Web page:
My company has been using Maven 1 for a couple of years now and we are
looking to make the transition over to the Maven 2 world (waiting for the
best opportunity)! The UI for most of our applications are RCP based. The
build process for the UI is using the PDE and is completely autonomous from
our middle tier build with Maven. We are hoping that with the transition to
Maven 2 there would be some new functionality to allow for RCP/OSGi
development. Unfortunately we have found that we may not have waited long
enough! There have been several options that we have looked at to obtain
* *Building Eclipse Plugins with Maven 2
(
http://www.eclipse.org/articles/article.php?file=Article-Eclipse-and-Maven2/index.html)*<http://www.eclipse.org/articles/article.php?file=Article-Eclipse-and-Maven2/index.html%29*> In this articles the authors describe in detail how they
integrated Maven2 and Eclipse. One aspect of their approach that
I did like was how they made use of the manifest file to define
the dependencies for the project (similar to how Eclipse works);
however they need to use the 'Required-Bundle' tags rather than
the improved 'Import-Packages'. Though well documented this
approach wasn't favoured as it did not offer the Mojos re-built in
a repo (they just offer the code for the Mojos but they don't make
their Mojos available) and the article was written in 2006. The
company, Princeton software, was bought by IBM so it is hard to
get a hold of the developers for the project.
* *CodeHaus Maven PDE plugin
(http://mojo.codehaus.org/pde-maven-plugin)*<http://mojo.codehaus.org/pde-maven-plugin%29*> This Mojo triggers
the PDE build from Maven. Though this approach would be fairly
straight forward in that the regular PDE mechanism can be used for
building the RCP application there are several drawbacks we see
PDE doesn't offer any way to easily integrate Maven 2 report
tooling into its build process (checkstyle, code coverage, ect.)
PDE is another technology for our developers to learn (more Ant
based build cycle)
* *Felix Bundle Plugin for Maven
(http://felix.apache.org/site/mavem-bundle-plugin-bnd.html)*<http://felix.apache.org/site/mavem-bundle-plugin-bnd.html%29*>This
Mojo is based on the BND tooling. In this approach all the
dependencies are specified in the POM and manifest is generated
during the package lifecycle in Maven. There are specific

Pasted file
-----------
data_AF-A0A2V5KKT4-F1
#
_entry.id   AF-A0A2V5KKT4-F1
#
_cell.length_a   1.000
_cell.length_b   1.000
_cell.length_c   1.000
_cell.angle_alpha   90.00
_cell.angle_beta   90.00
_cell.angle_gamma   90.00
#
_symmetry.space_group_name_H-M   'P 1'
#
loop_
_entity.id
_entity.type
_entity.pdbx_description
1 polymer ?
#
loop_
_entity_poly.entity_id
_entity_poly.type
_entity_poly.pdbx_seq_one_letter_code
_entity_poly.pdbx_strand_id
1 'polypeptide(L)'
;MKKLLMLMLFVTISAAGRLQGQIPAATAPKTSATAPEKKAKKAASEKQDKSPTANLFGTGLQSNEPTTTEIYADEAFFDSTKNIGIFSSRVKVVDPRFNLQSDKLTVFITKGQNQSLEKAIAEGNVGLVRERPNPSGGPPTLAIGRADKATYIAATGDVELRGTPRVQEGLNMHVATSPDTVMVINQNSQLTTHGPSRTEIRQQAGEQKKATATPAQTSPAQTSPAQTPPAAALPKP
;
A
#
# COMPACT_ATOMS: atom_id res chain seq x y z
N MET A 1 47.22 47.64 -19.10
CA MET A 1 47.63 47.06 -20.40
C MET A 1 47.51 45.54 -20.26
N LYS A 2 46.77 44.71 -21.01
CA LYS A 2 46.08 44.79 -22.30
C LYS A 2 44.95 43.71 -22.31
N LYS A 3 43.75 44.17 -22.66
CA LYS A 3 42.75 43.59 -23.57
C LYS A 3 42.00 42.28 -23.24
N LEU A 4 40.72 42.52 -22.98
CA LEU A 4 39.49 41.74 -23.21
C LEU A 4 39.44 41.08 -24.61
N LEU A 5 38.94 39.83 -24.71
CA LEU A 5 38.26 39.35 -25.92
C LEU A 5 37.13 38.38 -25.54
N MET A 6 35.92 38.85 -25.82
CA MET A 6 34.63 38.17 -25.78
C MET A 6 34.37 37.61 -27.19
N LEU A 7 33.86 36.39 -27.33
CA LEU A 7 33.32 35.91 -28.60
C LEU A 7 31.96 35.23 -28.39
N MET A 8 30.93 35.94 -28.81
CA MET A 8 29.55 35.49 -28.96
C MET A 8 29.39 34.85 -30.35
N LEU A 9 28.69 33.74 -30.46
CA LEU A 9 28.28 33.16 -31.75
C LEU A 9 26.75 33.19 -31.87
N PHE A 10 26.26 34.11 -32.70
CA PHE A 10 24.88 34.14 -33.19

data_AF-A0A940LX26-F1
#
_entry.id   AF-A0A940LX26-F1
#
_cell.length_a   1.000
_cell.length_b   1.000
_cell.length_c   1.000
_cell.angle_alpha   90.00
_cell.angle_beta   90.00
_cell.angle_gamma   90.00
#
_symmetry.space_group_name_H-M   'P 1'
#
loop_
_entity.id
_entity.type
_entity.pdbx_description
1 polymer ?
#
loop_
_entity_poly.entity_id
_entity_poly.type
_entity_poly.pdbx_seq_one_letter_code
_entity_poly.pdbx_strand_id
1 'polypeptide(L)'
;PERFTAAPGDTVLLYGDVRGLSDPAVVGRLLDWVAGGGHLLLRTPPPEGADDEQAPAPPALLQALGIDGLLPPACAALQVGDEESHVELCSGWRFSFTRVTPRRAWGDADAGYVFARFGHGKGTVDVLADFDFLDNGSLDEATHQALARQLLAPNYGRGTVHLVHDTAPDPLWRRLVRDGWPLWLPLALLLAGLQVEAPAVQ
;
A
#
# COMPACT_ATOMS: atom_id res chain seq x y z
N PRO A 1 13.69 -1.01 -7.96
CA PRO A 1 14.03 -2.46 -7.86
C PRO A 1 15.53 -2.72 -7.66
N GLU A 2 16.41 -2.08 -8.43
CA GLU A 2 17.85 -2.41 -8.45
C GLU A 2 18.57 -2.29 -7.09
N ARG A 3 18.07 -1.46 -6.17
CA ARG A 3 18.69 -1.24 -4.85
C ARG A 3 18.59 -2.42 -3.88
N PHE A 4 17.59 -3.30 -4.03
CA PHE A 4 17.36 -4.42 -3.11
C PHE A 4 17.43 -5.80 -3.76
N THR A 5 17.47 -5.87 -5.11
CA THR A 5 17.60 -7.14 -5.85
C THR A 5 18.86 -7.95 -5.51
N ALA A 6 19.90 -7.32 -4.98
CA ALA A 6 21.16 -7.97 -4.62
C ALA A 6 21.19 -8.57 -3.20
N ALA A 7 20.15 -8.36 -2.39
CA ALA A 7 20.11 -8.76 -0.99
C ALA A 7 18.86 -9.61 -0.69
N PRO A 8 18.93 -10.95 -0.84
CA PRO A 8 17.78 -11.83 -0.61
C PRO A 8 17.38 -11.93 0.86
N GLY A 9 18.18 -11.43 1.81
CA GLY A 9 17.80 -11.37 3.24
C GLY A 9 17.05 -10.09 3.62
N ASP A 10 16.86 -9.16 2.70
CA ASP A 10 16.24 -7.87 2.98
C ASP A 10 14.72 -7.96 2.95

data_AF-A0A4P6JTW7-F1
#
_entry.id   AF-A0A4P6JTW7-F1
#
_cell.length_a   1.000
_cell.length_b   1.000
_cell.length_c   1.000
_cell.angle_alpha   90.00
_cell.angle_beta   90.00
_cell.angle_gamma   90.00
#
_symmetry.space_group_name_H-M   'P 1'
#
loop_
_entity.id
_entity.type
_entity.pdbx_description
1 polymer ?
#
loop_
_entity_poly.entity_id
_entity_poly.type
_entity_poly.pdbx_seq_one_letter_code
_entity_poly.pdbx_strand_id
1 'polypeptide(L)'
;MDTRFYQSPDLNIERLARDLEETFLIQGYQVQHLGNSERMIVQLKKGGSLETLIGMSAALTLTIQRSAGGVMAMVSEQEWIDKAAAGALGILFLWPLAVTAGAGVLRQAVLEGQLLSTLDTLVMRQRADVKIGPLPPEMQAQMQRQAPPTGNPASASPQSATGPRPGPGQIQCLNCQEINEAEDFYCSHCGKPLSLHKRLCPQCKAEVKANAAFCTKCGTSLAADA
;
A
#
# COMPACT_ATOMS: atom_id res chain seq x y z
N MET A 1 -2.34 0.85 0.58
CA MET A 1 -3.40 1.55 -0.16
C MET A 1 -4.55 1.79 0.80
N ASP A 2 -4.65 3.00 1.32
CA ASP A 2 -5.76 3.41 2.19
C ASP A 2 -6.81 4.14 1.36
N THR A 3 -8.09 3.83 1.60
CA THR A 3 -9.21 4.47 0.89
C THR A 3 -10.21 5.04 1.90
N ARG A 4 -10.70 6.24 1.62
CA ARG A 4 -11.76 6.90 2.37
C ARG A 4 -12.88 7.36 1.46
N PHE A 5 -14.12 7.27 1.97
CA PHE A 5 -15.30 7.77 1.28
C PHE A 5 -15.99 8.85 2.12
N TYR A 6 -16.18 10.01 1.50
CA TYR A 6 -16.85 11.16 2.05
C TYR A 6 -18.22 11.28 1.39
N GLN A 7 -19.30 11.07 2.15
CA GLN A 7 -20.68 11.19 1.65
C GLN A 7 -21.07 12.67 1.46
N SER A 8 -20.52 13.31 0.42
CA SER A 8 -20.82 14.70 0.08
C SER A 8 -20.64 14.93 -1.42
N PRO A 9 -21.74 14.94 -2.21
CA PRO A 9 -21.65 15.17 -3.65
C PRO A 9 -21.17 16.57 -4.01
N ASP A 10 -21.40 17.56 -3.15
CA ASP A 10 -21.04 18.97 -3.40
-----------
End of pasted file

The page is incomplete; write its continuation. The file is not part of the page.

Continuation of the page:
commands to provide the 'Export-Package', 'Private-Package', etc.
However the BND tooling will analyze the byte code to determine
some information such as the 'Import-Packages'. Though this
tooling works well for generating OSGi bundles it does not
leverage the tooling available in Eclipse. Once you have your
plugin working with its dependencies in Eclipse you then need to
rework your POM to ensure that the manifest that is generated is
equivalent to that which you now have in Eclipse. This is not
always a trivial process. Given that limitation this is the
process that is favoured at the moment. Some pros about this
+ What is nice about this approach is that everything is done in
Maven allowing you to now hook all the Maven reporting plugins.
+ Leverage Maven 2 Repo for your dependent bundles (note that your
bundles cannot be of the format of a jar within the bundle - they
have to be more like regular jars to be used by Maven)
+ Generate target platform in Maven
However after reading the article 'Jason Van Zyl Discusses Sonatype, The
Eclipse Foundation and Maven' (
http://www.infoq.com/news/2008/08/van-zyl-eclipse-sonatype-maven) we
believe that Tycho seems to be the up and coming solution to bridging the
world of OSGi and Maven. So I have done some research into Tycho and have
* At the beginning of the Tycho development it was a set of plugins
to provide building with the PDE compiler (as it understands the
whole OSGi dependency/class loading issues), 'osgi-bundle'
lifecycle, generation of POM, etc. Now it seems to have morphed
into Maven 2.1? Is Tycho and M2Eclipse the basis of the
development for Maven 2.1?
* Will the new version be able to do everything with the manifest
that Maven 2.0 does with the POM? Through the manifest be able to
tell what dependencies are required? What if those dependencies
are only through Import-Packages (with a version to make life
easier)? Will the integration with the p2 enable M2Eclipse to
determine which bundles supply a given package and add the
required dependencie between the projects?
* Will the p2 integration be on top of the existing Maven repo or a
seperate repo to get bundles from?
* What is the timeline/gameplan for Tycho development at this point?
So as you can see we are really just starting out down this path. We
would be willing to help with development if we find an area that we can
contribute effectively into the project. However as of right now we just
want a starting point to start getting our projects configured to using
Tycho. Could you point us in the right direction? The ReadMe file in the
release now is the one for the Apache Maven, so it doesn't really help with
the configuration of a project using Tycho. Is it the same configuration as
before? Should we be using a different version (previous version than
0.3.0)?
Thanks, Any help you can give would be appreciated!
Alex
---------------------------------------------------------------------
http://xircles.codehaus.org/manage_email
Igor Fedorenko
2008-08-21 01:56:06 UTC
Permalink
Post by Alexandre Sauvé
Igor,
That's great news! I will definitely try Tycho once I get an idea on
the 'How'...
Demo script

http://docs.codehaus.org/display/M2ECLIPSE/tycho+technology+demo+script

Some user docs

http://docs.codehaus.org/display/M2ECLIPSE/Tycho+user+docs
Post by Alexandre Sauvé
For me I am more interested in the 'manifest-first' as I have worked
already with Felix and find that generating the manifest is not exactly
the Eclipse way to go... So that being said it seems that you have most
of everything in place for me to try! I would like some more